PureMath.pdf

# It is natural to regard length as a magnitude capable

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it is natural to regard length as a magnitude capable of sign, positive if the length is measured in one direction (that of A 0 A 1 ), and negative if measured in the other, so that AB = - BA ; and to take as the point representing r the point A - s such that A 0 A - s = - A - s A 0 = - A 0 A s .

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[I : 3] REAL VARIABLES 3 We thus obtain a point A r on the line corresponding to every rational value of r , positive or negative, and such that A 0 A r = r · A 0 A 1 ; and if, as is natural, we take A 0 A 1 as our unit of length, and write A 0 A 1 = 1, then we have A 0 A r = r. We shall call the points A r the rational points of the line. 3. Irrational numbers. If the reader will mark off on the line all the points corresponding to the rational numbers whose denominators are 1, 2, 3 , . . . in succession, he will readily convince himself that he can cover the line with rational points as closely as he likes. We can state this more precisely as follows: if we take any segment BC on Λ , we can find as many rational points as we please on BC . Suppose, for example, that BC falls within the segment A 1 A 2 . It is evident that if we choose a positive integer k so that k · BC > 1 , * (1) and divide A 1 A 2 into k equal parts, then at least one of the points of division (say P ) must fall inside BC , without coinciding with either B or C . For if this were not so, BC would be entirely included in one of the k parts into which A 1 A 2 has been divided, which contradicts the supposition (1). But P obviously corresponds to a rational number whose denominator is k . Thus at least one rational point P lies between B and C . But then we can find another such point Q between B and P , another between B and Q , and so on indefinitely; i.e. , as we asserted above, we can find as many as we please. We may express this by saying that BC includes infinitely many rational points. * The assumption that this is possible is equivalent to the assumption of what is known as the Axiom of Archimedes.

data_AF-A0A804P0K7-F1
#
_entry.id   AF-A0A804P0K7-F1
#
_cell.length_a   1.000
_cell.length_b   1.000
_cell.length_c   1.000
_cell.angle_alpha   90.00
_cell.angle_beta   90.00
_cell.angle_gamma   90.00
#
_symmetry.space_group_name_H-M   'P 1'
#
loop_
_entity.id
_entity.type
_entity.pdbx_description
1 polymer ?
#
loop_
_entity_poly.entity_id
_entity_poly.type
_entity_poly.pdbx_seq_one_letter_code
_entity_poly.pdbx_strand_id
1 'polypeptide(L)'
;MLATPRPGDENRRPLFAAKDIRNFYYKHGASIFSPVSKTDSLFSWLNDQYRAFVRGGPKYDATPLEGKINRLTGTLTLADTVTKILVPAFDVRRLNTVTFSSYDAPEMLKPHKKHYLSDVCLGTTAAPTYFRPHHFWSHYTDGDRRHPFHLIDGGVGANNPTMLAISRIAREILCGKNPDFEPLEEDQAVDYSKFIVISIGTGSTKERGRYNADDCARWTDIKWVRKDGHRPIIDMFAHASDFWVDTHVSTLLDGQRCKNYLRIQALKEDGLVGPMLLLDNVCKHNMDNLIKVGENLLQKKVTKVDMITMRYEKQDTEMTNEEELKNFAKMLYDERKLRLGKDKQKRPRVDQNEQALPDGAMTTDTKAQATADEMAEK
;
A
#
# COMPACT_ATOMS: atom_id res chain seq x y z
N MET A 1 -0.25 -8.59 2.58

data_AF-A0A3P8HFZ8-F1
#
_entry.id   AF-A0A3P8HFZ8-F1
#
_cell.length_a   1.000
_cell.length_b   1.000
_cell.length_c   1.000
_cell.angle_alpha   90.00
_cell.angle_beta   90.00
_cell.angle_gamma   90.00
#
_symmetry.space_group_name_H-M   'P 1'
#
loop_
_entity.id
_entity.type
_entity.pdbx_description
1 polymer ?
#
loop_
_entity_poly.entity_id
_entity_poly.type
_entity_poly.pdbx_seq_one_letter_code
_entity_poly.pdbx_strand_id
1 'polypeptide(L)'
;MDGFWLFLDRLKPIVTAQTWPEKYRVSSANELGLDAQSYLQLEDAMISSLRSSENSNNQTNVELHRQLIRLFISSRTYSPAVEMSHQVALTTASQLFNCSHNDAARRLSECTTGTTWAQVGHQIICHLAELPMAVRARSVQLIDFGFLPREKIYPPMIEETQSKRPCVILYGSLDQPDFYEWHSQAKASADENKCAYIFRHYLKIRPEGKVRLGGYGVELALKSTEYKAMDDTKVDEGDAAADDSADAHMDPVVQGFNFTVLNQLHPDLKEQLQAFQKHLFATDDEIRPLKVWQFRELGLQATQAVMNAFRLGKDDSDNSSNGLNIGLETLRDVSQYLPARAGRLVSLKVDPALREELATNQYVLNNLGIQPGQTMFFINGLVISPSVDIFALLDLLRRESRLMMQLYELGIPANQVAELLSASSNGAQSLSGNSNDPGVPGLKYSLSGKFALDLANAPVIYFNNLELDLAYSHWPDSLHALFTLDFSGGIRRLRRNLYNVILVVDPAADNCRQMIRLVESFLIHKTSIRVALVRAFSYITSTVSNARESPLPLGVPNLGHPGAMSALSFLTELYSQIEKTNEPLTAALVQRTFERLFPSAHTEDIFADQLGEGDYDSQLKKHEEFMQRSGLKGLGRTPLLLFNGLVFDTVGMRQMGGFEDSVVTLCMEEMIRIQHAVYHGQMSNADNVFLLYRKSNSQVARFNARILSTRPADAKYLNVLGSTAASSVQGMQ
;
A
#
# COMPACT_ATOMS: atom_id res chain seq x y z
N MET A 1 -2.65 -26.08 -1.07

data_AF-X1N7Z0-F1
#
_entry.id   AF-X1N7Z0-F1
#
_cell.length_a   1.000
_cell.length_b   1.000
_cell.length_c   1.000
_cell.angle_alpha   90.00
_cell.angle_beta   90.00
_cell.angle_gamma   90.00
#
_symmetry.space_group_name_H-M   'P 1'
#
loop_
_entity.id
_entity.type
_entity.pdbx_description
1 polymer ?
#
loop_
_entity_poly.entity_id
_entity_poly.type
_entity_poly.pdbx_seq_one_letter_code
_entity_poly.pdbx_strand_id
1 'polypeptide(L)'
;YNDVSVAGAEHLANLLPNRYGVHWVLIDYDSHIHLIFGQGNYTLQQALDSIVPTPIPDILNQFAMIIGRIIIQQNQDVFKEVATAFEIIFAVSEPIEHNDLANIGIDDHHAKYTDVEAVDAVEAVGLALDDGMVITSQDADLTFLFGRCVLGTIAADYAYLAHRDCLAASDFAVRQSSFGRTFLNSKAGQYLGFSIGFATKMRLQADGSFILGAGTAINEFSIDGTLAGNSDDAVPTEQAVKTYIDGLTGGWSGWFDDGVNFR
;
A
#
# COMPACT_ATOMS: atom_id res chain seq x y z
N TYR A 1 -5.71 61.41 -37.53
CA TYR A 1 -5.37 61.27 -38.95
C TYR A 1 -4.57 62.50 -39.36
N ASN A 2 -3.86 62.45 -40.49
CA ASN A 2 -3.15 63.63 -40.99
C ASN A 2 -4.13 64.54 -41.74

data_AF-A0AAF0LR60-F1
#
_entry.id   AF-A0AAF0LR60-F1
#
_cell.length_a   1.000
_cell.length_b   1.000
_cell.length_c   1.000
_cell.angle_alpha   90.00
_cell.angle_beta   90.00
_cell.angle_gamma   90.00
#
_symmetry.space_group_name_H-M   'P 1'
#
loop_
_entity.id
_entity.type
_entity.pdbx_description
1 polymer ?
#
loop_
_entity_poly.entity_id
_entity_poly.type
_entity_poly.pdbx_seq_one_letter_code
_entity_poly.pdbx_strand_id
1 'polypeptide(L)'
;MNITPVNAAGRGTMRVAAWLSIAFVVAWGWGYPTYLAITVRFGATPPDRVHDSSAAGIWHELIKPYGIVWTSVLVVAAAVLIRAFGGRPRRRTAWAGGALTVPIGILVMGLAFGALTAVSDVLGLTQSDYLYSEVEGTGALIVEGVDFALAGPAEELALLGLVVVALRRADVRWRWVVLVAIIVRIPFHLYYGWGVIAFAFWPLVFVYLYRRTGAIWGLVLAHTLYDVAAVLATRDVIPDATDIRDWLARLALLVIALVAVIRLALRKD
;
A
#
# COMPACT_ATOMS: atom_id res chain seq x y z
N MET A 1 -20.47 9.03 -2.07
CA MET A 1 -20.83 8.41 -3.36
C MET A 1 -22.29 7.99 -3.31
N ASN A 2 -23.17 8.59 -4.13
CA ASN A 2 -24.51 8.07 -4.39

[I : 3] REAL VARIABLES 4 The meaning of such phrases as ‘ infinitely many ’ or ‘ an infinity of ’, in such sentences as ‘ BC includes infinitely many rational points’ or ‘there are an infinity of rational points on BC ’ or ‘there are an infinity of positive integers’, will be considered more closely in Ch. IV . The assertion ‘there are an infinity of positive integers’ means ‘given any positive integer n , however large, we can find more than n positive integers’. This is plainly true whatever n may be, e.g. for n = 100 , 000 or 100 , 000 , 000. The assertion means exactly the same as ‘we can find as many positive integers as we please ’. The reader will easily convince himself of the truth of the following assertion, which is substantially equivalent to what was proved in the second paragraph of this section: given any rational number r , and any positive integer n , we can find another rational number lying on either side of r and differing from r by less than 1 /n . It is merely to express this differently to say that we can find a rational number lying on either side of r and differing from r by as little as

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• Fall '14

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